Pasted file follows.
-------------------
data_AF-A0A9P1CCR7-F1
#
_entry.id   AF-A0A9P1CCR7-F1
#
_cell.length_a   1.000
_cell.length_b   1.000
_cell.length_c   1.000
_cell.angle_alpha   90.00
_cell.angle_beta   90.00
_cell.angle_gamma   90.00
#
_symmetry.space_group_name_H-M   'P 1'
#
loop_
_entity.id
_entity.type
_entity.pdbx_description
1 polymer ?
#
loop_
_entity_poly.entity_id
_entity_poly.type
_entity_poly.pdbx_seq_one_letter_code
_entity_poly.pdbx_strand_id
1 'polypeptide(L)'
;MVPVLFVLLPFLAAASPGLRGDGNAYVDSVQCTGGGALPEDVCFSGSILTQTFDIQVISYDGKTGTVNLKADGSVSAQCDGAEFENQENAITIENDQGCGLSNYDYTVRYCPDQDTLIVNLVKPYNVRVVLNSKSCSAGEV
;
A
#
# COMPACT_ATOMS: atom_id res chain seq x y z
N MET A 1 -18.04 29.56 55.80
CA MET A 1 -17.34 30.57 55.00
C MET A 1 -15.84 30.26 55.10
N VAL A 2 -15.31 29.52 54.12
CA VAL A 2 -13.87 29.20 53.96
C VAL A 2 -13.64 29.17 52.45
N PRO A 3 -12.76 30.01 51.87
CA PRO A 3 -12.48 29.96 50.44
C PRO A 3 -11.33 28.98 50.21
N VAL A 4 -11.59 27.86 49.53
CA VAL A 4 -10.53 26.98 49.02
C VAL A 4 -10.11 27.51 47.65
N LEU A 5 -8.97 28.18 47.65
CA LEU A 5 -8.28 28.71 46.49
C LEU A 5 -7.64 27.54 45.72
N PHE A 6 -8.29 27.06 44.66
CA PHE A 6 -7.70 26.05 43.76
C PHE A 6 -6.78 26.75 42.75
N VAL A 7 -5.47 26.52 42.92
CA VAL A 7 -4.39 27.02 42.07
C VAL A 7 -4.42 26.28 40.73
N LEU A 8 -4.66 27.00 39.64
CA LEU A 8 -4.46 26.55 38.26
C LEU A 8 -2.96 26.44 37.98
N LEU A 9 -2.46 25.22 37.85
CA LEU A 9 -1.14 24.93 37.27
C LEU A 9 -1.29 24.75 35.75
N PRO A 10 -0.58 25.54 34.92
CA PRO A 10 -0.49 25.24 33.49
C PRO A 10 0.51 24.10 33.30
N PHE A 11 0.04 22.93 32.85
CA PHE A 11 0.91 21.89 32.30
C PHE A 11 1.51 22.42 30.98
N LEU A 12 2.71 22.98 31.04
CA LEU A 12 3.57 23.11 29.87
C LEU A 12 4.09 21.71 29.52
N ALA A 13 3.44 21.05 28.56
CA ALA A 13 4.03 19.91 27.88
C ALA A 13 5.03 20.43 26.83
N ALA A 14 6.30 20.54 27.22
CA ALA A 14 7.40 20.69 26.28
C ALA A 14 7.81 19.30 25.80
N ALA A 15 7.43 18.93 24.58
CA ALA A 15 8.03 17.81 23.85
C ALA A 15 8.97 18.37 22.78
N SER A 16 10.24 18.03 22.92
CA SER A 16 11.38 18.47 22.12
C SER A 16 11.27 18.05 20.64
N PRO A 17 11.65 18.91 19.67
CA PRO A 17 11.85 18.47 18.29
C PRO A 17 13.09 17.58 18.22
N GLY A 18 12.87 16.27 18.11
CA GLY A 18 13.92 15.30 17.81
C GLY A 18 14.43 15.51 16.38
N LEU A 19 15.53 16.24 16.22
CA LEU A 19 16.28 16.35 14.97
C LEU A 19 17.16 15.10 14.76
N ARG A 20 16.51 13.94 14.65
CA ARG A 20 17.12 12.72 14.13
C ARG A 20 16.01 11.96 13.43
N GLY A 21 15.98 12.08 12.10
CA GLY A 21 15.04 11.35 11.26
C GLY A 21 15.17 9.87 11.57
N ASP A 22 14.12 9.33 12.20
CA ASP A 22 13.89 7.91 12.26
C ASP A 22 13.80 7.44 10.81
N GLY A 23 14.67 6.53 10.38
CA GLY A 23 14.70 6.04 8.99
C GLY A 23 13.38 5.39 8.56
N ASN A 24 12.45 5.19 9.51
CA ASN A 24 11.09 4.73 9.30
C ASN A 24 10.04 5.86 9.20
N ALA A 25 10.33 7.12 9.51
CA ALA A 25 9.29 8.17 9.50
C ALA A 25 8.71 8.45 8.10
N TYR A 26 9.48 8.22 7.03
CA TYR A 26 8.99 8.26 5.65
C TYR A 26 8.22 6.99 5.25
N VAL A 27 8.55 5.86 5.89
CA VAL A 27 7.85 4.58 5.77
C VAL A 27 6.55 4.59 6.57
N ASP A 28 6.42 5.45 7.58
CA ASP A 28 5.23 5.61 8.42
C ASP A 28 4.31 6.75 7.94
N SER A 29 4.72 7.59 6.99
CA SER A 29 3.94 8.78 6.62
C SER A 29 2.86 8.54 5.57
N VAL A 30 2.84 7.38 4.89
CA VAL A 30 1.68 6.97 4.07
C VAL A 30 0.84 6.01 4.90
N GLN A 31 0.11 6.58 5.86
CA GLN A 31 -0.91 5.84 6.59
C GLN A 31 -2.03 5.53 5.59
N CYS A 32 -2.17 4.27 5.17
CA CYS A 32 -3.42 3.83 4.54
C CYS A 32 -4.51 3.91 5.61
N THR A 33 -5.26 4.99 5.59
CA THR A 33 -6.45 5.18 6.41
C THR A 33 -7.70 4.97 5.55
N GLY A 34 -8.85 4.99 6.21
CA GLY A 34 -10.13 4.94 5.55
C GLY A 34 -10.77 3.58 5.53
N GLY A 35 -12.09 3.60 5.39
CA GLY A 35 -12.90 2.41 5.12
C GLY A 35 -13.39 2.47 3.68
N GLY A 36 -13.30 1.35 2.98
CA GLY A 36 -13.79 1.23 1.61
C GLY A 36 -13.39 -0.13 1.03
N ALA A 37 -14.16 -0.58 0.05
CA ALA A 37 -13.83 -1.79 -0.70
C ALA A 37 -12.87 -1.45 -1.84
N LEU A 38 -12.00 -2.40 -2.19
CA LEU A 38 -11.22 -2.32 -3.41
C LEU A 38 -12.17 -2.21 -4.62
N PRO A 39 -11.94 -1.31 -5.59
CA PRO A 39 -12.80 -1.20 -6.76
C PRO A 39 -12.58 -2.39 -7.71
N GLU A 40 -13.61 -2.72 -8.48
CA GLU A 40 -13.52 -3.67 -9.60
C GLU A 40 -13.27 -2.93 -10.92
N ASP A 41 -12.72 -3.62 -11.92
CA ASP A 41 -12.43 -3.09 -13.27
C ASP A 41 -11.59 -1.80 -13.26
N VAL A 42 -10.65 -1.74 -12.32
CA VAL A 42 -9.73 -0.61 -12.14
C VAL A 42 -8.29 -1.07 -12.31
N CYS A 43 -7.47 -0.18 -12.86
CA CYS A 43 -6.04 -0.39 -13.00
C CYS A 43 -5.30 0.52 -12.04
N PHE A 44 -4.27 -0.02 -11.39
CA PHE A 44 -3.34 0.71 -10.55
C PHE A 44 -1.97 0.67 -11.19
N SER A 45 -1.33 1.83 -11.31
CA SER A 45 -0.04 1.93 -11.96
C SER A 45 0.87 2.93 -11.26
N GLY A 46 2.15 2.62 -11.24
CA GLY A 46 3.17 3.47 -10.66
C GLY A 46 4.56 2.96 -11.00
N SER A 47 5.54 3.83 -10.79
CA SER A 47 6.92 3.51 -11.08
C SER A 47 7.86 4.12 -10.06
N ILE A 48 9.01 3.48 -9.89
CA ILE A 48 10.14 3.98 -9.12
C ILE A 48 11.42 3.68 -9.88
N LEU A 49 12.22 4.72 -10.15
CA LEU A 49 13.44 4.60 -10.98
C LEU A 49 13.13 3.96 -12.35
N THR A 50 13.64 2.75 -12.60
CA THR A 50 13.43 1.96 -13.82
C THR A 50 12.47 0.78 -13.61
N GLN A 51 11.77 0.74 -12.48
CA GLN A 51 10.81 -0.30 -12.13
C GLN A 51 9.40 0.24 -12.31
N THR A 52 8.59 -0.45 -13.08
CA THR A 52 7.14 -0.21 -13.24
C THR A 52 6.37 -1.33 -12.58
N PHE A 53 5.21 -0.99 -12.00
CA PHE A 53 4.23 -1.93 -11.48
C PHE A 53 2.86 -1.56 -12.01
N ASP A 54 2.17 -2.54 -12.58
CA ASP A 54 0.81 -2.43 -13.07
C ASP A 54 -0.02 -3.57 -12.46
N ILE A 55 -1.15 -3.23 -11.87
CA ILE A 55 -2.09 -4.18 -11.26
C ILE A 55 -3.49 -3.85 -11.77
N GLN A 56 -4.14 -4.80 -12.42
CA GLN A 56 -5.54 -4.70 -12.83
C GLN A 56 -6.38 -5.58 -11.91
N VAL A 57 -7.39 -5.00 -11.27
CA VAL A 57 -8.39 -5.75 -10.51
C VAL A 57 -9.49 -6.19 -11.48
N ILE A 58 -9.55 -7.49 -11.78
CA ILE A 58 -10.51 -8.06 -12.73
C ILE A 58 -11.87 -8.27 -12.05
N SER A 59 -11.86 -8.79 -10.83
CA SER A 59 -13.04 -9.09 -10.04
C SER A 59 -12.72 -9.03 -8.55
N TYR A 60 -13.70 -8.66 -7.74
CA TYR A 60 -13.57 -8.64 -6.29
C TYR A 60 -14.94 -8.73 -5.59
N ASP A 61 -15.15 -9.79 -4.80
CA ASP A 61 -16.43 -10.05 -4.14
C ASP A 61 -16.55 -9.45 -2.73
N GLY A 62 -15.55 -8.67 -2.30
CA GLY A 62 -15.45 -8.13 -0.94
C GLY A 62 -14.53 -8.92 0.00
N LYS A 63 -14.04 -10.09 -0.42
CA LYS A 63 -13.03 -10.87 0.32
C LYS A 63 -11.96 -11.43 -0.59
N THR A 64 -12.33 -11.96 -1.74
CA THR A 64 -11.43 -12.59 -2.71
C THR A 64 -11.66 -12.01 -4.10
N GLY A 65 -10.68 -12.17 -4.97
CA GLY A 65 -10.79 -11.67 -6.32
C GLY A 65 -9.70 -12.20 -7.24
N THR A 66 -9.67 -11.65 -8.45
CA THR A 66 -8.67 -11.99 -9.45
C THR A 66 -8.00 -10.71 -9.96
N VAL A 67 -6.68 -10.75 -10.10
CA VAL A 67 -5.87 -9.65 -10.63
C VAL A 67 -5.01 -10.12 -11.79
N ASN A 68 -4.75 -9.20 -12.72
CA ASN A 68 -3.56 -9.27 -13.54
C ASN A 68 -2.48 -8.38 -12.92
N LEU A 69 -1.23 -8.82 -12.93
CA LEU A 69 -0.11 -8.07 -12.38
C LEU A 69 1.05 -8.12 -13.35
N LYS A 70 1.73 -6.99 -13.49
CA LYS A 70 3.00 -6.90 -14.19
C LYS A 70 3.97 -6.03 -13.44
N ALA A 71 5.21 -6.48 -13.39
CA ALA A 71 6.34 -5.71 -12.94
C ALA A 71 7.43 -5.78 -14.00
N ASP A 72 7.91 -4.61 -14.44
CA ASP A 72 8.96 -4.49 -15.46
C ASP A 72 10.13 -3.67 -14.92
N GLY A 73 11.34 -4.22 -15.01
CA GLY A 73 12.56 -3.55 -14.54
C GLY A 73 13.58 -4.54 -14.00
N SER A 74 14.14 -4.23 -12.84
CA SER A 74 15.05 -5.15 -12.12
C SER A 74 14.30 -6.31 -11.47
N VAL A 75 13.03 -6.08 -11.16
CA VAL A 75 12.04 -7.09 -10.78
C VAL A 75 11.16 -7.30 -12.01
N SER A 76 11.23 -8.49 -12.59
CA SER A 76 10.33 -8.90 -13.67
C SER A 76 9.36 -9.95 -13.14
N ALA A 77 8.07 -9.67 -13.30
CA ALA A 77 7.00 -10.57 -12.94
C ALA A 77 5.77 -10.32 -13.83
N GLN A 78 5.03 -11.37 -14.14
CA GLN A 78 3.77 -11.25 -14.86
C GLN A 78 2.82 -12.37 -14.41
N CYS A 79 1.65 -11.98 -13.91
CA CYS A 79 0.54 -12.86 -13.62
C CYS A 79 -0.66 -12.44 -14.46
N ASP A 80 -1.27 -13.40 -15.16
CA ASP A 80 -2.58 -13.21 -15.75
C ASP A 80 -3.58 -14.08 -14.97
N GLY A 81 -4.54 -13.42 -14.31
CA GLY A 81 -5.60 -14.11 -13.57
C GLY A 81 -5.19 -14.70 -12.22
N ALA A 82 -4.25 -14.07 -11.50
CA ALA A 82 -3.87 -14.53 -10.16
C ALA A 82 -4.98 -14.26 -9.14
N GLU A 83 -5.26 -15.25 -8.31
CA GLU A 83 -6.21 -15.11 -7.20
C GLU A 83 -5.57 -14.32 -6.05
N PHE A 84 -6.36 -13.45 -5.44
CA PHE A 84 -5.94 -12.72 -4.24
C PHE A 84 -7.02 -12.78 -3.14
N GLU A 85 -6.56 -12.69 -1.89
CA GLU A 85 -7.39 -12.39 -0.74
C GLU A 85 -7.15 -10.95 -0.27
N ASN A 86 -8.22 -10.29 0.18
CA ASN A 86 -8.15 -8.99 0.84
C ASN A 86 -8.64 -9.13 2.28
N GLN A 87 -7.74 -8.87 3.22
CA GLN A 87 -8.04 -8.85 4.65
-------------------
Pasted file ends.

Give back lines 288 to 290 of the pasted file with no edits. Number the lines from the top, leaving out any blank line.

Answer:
C ASN A 86 -8.64 -9.13 2.28
N GLN A 87 -7.74 -8.87 3.22
CA GLN A 87 -8.04 -8.85 4.65